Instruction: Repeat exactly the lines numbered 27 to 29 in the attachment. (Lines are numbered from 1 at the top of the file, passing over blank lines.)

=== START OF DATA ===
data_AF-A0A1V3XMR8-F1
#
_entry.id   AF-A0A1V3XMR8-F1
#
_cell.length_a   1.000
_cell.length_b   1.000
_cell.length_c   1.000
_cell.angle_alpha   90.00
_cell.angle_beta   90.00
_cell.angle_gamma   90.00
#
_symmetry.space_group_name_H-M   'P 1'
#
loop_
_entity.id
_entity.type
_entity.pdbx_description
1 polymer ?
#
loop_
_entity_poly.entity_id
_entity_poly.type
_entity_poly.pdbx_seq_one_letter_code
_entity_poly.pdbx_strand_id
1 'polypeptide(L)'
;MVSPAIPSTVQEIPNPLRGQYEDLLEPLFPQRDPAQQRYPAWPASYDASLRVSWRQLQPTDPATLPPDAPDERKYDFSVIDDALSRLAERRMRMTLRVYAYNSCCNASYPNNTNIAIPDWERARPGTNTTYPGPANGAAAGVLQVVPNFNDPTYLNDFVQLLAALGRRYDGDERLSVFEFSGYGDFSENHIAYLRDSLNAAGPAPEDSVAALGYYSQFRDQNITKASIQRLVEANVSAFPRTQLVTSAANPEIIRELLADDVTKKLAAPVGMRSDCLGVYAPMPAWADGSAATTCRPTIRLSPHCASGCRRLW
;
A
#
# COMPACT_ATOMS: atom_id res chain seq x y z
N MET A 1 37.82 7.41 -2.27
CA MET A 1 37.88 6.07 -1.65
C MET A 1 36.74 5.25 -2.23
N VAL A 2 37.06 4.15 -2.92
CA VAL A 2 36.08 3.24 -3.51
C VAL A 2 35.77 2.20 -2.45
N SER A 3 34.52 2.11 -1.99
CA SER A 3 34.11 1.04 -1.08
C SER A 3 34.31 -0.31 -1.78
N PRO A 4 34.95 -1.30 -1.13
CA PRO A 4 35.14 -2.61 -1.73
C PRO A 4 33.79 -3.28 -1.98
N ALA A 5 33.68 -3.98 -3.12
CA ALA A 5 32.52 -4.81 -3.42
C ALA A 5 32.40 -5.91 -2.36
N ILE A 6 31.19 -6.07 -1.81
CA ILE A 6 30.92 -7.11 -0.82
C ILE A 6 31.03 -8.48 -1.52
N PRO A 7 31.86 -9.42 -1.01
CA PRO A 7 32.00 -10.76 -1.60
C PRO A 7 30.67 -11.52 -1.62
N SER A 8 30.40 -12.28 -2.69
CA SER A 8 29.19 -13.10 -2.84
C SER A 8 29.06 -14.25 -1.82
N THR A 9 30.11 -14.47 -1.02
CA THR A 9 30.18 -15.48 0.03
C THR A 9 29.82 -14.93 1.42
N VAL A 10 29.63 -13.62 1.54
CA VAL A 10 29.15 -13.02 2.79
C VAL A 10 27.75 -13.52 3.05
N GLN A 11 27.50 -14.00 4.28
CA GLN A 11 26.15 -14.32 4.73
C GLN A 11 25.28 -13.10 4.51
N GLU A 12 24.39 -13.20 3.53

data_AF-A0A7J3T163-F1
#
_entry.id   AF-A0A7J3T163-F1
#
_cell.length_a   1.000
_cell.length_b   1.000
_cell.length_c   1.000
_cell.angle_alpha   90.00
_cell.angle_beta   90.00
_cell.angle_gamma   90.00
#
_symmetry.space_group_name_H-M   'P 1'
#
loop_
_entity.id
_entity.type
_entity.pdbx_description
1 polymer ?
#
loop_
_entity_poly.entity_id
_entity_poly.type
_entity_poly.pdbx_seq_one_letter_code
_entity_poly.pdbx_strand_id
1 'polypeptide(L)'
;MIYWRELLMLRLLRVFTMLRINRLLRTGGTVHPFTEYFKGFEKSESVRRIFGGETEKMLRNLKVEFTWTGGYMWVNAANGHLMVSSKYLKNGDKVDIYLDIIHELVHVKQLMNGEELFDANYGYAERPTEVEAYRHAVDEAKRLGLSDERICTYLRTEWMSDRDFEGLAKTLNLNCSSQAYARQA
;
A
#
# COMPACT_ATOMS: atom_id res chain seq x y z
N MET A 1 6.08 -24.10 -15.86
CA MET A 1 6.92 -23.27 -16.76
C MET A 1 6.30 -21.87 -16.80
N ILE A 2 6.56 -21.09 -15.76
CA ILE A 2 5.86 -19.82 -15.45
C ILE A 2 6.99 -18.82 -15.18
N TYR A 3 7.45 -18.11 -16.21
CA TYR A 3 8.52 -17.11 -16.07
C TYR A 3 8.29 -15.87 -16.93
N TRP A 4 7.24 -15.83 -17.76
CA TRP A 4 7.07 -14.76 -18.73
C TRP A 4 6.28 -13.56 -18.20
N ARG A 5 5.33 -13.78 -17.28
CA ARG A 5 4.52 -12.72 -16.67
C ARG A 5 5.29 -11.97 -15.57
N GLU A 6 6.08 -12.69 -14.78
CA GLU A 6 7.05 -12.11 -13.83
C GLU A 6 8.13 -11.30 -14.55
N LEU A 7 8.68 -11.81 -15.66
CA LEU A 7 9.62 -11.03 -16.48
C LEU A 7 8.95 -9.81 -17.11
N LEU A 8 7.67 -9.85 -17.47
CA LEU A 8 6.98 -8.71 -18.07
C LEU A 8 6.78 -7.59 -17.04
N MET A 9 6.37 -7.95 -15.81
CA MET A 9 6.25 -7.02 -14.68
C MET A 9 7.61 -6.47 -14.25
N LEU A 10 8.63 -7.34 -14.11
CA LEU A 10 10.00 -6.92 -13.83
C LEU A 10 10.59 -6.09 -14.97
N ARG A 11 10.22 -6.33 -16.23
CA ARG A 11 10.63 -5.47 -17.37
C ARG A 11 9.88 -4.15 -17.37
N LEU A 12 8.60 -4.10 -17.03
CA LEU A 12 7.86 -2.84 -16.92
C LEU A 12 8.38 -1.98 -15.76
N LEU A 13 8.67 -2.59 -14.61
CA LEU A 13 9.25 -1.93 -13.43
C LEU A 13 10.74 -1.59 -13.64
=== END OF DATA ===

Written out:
;
A
#